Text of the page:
"Detroit Red"

The Prison Years and
Early Ministry: 1946-55

The Nation of Islam:

The National Spokesman:

Malcolm X, Martin Luther King and the Civil Rights Movement

The Silencing, Muhammad Ali and Out: Dec. 1963 - April 1964

The Epiphany of Mecca

African Sojourner, 1964

1965: The Final Months

February 21, 1965:
The Assassination and Aftermath


requires free RealPlayer

Robin KelleyRobin Kelley on Malcolm's relationships with women as a hustler

Peter BaileyPeter Bailey on Louise Little's mental health issues

Farah GriffinFarah Griffin on Louise's relationship after Earl Little's death

Louis DeCaroLouis DeCaro on Malcolm's memories of his father, Earl Little, pt. 1

Louis DeCaro on Malcolm's memories of his father, Earl Little, pt. 2

Robin KelleyRobin Kelley on Malcolm's "conk" hairstyle

Malcolm X’s childhood, “Detroit Red,” and Islam in Black America.

If one had to select one historical personality within the period 1940 to 1975 who best represented and reflected black urban life, politics, and culture in the United States, it would be extremely difficult to find someone more central than the charismatic figure of Malcolm X/El-Hajj Malik El-Shabazz. Born in Omaha, Nebraska, in 1925, and growing up in the Midwest, young Malcolm Little was the child of political activists who supported the militant black nationalist movement of Marcus Garvey. After his father’s violent death and his mother’s subsequent institutionalization due to mental illness, Little was placed in foster care and for a time in a youth detention facility. At age sixteen he left school, relocating to Boston upon the invitation of his older half-sister, Ella Little. During World War II, the zoot-suited “Detroit Red” became a small-time hustler, burglar, and narcotics dealer in Harlem and Roxbury.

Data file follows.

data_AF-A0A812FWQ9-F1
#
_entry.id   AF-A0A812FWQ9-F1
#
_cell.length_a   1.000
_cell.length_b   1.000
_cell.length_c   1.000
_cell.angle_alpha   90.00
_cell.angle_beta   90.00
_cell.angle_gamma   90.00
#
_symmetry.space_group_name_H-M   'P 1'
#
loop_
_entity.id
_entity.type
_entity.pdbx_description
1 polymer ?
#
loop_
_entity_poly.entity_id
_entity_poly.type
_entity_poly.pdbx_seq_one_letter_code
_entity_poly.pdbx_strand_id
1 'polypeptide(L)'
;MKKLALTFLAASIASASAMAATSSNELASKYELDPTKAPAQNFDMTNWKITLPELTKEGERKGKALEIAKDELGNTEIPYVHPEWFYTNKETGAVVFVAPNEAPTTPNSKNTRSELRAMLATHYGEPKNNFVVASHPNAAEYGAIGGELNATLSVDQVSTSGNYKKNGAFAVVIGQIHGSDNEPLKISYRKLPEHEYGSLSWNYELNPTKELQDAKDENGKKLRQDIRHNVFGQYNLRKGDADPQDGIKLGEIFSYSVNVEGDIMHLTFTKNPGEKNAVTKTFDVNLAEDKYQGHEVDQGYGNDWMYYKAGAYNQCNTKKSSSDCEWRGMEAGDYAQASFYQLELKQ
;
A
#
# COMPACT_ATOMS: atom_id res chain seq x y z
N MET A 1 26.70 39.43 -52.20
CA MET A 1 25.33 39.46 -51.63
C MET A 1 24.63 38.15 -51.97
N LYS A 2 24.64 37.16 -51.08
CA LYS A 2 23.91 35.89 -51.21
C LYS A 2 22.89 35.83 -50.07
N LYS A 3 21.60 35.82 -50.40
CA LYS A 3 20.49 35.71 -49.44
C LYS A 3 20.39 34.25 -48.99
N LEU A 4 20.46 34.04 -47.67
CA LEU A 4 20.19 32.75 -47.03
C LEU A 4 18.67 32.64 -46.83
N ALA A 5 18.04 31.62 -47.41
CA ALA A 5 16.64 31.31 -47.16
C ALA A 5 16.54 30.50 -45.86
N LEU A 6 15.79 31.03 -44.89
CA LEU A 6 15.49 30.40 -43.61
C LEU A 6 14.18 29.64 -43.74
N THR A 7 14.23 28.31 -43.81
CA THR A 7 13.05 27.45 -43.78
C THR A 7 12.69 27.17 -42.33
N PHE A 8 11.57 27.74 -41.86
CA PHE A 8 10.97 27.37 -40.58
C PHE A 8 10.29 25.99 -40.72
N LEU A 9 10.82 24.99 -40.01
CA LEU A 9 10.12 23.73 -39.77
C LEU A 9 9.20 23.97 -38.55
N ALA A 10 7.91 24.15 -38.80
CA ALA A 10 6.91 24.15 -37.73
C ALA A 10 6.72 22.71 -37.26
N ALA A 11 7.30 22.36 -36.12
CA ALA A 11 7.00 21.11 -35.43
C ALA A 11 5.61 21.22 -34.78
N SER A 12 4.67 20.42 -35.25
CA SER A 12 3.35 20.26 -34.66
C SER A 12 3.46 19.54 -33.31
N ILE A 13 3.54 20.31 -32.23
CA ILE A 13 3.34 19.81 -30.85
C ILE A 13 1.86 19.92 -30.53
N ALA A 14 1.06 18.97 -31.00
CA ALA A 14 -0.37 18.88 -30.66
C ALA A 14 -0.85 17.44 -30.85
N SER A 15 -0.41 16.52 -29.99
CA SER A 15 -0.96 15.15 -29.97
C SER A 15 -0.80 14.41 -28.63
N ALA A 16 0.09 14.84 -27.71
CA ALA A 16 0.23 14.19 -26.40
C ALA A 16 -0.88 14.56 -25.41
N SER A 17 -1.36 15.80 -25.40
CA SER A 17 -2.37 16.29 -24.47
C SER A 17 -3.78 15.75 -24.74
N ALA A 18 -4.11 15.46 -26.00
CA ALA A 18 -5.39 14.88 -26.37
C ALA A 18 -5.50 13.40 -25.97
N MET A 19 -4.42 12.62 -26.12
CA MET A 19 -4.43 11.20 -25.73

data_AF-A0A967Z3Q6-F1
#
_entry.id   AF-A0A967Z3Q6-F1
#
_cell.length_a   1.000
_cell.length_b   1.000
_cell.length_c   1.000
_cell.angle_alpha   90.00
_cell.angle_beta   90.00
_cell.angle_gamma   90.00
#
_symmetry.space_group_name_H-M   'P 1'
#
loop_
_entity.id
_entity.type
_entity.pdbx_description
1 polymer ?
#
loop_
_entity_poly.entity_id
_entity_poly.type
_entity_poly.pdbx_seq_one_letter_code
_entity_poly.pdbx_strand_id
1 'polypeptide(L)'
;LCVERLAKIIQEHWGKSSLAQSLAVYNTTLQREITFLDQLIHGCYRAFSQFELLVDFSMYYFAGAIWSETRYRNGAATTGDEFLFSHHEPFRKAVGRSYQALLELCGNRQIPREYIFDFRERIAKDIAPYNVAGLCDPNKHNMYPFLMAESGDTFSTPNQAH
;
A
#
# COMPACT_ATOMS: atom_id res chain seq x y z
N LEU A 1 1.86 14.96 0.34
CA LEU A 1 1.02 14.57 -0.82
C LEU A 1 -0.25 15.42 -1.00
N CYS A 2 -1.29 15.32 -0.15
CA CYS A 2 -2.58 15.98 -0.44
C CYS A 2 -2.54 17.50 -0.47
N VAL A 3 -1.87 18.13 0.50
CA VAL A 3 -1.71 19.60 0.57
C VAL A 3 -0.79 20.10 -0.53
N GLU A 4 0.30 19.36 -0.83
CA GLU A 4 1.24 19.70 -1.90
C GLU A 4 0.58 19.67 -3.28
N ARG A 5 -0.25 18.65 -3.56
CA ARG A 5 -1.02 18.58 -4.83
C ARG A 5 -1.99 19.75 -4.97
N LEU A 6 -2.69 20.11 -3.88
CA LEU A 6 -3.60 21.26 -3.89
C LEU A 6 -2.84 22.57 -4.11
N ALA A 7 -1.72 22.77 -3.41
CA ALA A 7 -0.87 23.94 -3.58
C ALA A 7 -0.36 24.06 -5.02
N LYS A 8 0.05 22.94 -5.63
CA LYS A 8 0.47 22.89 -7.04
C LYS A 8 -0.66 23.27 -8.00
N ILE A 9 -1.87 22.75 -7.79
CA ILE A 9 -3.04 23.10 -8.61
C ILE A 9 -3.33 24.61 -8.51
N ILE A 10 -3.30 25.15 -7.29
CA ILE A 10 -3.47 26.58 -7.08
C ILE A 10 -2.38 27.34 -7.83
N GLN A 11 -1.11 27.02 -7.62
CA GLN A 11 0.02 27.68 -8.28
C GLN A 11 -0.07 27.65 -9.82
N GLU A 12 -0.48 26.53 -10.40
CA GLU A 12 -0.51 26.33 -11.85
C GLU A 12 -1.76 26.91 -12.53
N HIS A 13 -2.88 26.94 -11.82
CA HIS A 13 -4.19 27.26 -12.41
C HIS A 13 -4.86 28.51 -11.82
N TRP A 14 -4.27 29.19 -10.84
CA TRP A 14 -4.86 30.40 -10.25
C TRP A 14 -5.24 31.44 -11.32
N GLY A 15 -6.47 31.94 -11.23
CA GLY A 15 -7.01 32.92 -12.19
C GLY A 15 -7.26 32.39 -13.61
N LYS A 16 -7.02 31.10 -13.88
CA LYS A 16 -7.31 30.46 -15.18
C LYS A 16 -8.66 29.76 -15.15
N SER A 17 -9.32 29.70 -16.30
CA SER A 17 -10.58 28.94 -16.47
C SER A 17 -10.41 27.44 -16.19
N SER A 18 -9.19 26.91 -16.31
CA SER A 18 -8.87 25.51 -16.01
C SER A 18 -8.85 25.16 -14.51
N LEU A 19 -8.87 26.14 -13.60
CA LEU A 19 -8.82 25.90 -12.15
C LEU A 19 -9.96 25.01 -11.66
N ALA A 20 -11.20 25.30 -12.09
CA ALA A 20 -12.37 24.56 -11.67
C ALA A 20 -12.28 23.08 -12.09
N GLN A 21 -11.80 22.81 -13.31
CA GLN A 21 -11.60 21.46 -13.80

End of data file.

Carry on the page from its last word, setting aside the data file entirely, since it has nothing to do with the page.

• Malcolm X/Haley, Autobiography, Chapters 2-9.
  • Richard Brent Turner, Islam in the African-American Experience, pp. 110-173.
  • Louis De Caro, Jr., On the Side of My People, chapters 3-5, pp. 38-71.
  • Ted Vincent, “The Garveyite Parents of Malcolm X,” Black Scholar (March/April 1989), pp. 10-13.
  • Robin D.G. Kelley, “The Riddle of the Zoot: Malcolm Little and Black Cultural Politics During World War II,” in Joe Wood, ed., Malcolm X: In Our Own Image, pp. 155-182.
  • Rodnell Collins, Seventh Child, Chapter 4, pp. 38-47.

  • The Malcolm X Project at Columbia University home